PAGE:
I’ve seen a number of comments from other readers pointing out the similarities between this story and Karen Blixen’s Out of Africa. I confess I’ve not read her book, and it’s been quite a long time since I’ve seen the film, so I don’t want to comment on that. All I’ll say is that if that is the case, it didn’t stop me enjoying Delilah’s story.

In Delilah Drummond, Ms Raybourn has created a character that, to quote Jane Austen (on Emma) “no one but myself will much like”. Perhaps we’re not supposed to like her all that much in the beginning, but like her or not, she’s ballsy, courageous and outspoken, and isn’t afraid to admit to her own shortcomings – well, some of them. Of course, behind the highly polished exterior lies a wealth of pain and doubt, a woman who has experienced more than her fair share of loss and heartbreak. As she says to her lover, Kit – “Like every bad thing that’s ever happened to me, I lock it up and don’t think about it.”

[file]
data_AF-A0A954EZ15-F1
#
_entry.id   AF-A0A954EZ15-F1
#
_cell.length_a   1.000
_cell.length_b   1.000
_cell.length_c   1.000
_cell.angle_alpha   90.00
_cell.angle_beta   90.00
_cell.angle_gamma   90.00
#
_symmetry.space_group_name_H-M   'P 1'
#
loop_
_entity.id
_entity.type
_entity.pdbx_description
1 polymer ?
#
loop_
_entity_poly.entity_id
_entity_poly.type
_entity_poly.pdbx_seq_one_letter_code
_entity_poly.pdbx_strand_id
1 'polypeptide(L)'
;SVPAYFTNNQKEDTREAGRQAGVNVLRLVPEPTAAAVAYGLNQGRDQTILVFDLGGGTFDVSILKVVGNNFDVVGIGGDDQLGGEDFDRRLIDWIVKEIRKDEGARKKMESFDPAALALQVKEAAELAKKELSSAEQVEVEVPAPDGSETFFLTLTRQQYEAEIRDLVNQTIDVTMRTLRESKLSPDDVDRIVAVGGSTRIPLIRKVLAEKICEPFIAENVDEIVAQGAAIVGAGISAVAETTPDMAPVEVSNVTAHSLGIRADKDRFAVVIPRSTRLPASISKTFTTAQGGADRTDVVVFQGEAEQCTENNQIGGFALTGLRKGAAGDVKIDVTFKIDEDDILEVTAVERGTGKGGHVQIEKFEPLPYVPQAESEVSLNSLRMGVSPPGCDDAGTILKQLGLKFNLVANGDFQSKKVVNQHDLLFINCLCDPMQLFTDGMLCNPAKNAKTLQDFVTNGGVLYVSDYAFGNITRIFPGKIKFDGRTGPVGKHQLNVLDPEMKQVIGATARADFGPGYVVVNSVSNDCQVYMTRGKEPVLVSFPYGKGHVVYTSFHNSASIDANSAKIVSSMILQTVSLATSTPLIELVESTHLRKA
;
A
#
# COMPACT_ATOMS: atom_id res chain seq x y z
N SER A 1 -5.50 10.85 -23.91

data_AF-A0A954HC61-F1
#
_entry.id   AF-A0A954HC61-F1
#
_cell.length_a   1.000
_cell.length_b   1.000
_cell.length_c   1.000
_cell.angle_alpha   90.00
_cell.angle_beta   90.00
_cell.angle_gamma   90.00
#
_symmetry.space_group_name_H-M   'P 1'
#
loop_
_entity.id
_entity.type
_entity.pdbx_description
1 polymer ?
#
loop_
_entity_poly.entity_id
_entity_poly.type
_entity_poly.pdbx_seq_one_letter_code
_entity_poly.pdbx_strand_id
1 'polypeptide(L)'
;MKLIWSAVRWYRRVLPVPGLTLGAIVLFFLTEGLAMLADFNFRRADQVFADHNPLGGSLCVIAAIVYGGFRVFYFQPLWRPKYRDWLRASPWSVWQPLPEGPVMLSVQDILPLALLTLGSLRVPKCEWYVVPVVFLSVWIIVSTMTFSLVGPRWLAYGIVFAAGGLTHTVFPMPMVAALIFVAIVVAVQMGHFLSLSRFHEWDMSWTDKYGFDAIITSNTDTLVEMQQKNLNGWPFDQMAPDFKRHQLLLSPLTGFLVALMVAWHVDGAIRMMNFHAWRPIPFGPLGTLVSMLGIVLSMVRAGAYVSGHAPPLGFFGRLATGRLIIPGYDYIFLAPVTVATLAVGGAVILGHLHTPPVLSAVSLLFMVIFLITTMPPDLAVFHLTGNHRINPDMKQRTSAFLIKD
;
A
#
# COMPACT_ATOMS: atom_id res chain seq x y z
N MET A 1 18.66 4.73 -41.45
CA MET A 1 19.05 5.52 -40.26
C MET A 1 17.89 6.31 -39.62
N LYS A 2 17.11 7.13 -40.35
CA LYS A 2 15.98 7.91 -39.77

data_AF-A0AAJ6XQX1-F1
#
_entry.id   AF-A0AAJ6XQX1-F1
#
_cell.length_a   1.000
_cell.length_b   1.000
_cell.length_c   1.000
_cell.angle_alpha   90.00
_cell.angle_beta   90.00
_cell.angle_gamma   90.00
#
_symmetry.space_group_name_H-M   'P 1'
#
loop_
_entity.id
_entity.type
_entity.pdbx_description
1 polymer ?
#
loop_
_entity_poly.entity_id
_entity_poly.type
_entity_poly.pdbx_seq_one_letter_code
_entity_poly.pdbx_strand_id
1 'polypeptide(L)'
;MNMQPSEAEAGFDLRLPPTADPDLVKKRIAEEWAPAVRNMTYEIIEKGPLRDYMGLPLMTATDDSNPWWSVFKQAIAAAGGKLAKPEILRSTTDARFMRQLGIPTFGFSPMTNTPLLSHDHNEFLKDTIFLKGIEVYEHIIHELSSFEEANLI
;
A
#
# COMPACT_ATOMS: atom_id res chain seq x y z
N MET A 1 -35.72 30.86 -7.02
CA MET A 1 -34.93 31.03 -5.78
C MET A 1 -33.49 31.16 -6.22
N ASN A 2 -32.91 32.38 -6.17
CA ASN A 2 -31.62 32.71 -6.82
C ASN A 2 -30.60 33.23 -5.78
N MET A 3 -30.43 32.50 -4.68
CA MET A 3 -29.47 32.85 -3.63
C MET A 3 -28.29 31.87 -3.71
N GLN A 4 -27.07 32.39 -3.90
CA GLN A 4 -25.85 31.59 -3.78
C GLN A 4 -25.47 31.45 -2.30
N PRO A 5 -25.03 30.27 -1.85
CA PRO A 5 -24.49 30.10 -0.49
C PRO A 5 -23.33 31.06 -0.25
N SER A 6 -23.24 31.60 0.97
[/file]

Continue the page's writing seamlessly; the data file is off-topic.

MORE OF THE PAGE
In terms of the love story in the novel, I think there are actually two. The relationship between Delilah and Ryder develops slowly to start with. There’s a strong current of mutual attraction and antagonism between them, and the sexual tension fairly crackles as they play a game of one-upmanship as to who will seduce whom. But alongside the human romance is the story of how Delilah is seduced by Africa; the sights, the sounds, the smells, the customs and kindness of the people, and how she is changed by it.